We need a different kind of flesh


What we have is marvellous but it lacks resilience.
I know this because once I was sitting in a café
                                                  sipping dark coffee,
and the light sifting through the windows
had this powdery softness
that sometimes comes early-to-mid-morning,
before surrendering to the brawny glare of afternoon.

And I had just noted this thought about light in my notebook,
when a white-haired person wearing a blue bandana 
                                                  and gardening shirt,
rose to leave and—silhouetted in that full-flowering light—
signalled a simple acknowledgement of my presence.

And what rushed to fill me, inexplicable and irrepressible,
                                                  was joy;
so intense and primal that I was brought
                                                   to tears
and would have been overwrought,
                                                  had it endured.
Yet how I longed for it to endure
(but hadn’t the frame for it).

It was this experience that convinced me of an afterlife:
where, at some forever-open café we’ll all be changed
and in a peach-tinted flash receive new flesh, new bones,
bodies made to bear ancient crimson flames,
                                                      and so,
go out into glad afternoons, magnificently naked.

Impatient to be happy


We wound our way north, along and beyond Island View Beach.
There were Brants, cormorants, and mergansers.
It was clear and we saw, plain and high, Mt. Baker’s white peak.
A Tsawout man, whose land we were on, was fishing with his grandchildren.
The children were eager to leave for a new spot.
The grandfather was patient to stand still and cast and cast and cast.
The sand made our feet heavy, slow, obedient.
We stopped often for shells and stones.
We talked of our collections of ideas, discoveries, changes.
We had lunch, ate salad, sat on driftwood.
Sydney slouched in the distance across the Haro Strait.
We walked into the afternoon.
At Cordova Point—a spit of salt marsh shrubs, cobble and sand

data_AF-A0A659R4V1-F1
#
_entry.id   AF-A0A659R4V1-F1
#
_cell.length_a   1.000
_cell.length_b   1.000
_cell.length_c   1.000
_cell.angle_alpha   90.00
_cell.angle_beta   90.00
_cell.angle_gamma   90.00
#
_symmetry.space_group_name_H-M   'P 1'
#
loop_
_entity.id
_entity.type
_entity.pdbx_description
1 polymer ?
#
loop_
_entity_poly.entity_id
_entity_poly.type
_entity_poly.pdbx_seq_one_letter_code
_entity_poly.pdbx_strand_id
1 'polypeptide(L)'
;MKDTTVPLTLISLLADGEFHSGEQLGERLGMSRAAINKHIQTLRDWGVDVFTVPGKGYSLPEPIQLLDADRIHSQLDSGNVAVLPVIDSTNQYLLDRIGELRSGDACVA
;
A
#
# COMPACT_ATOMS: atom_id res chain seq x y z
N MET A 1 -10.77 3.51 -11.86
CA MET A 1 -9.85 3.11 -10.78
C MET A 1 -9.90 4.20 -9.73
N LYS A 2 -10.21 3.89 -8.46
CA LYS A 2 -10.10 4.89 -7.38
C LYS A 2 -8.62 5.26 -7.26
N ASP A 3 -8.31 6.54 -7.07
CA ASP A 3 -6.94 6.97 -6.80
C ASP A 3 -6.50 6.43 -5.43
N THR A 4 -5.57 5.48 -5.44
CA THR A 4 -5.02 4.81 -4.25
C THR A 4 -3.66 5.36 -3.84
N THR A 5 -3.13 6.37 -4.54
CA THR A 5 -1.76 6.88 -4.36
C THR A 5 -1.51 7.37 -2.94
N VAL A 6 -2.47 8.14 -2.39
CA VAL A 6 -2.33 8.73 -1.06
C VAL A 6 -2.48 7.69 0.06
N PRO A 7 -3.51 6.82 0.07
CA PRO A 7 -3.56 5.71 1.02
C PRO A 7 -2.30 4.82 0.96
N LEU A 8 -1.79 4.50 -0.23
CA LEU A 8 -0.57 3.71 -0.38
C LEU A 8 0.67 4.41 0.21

stretching toward James Island—we turned back.
The beach became crowded with people and dogs all glowing in the sun.
Everyone eager to welcome spring to February.
Everyone eager to escape the prison of objects.
Everyone eager to release their breath.
Everyone impatient to be happy.

The Tree Northeast of the Legislature Buildings in Victoria, B.C. Circa 1974


(Wikipedia image)


We had a good thing going,
living under that 70-foot Sequoia,
the way those graceful
branches reached around and down to the ground,
creating a natural domicile.

Daily order of business:
~ morning constitution in the oak-trimmed east-wing washroom;
~ bicameral stroll on Wharf and Government Street;
~ standing committee on the location of affordable clam chowder;
~ caucus meeting in the shade of the Empress Hotel,
         at consideration: the beauty of masonry covered in Boston ivy;
~ afternoon sitting: on the walls of Inner Harbour,
         legislating among the long-legged, tube-top tourists;
~ sunset assembly at the Beaver Pub, royal prerogative:
         terry-towel tablecloths and twenty-five cent draft,
         debates, rebuttals, proposals, and 2 AM adjournment—
full slate of meetings, appointments, consultations—important work.

We were in session every day that summer.
It was all going well, until the day someone was moved,
private members’ bill notwithstanding, 
to hang his laundry on the outside of the tree.

The Sergeant-at-Arms could not feign inattention, 
not in the middle of the august Packard Convention,
not with all those tweed-capped, leather-elbowed tax-payers,
and their calabash whale-bone pipes,
broguing about their sixteen-cylinder road boats.
The dissolution of parliament was immediate.

It was a miserable winter on Sault Spring,
in those plastic tents that did not prorogue
the damp and the cold.
And the sound of unremitting rain on the fly-sheet
was not romantic.

The tedious and the astonishing


Strife at first light. Fear for breakfast.
Daily meal of hostility.
All this is tedious.

Hate is tedious.
The man shaking his fist behind his windshield,
behind his pulpit, behind his Generals, behind his ideology—bloody tedious.

What astonishes is someone singing in the dark,
listen, hear the soft inhale before each gentle note.

Tedious: Paranoia’s new president barking, terrorist! terrorist!
Astonishing: while every year 40,000 die at their own hands.

The Left, the Right,
the mind in black and white…tedious.
What astonishes is nuanced intelligence—a rainbow soul.

Christ in cahoots with America, God’s co-opted blessing
of nationalism, of militarism—Jesus that’s tedious!
What astonishes is the long obedience to nonviolent resistance.

Walls for tyranny, scapegoats for unity, the rage for security,
tedious! tedious! tedious!

What isn’t, is Rachel who rises at four to feed the homeless at seven,
a man in a suit, stopping, bending, picking up litter on his way to work,
wrens that never quit building a broken nest.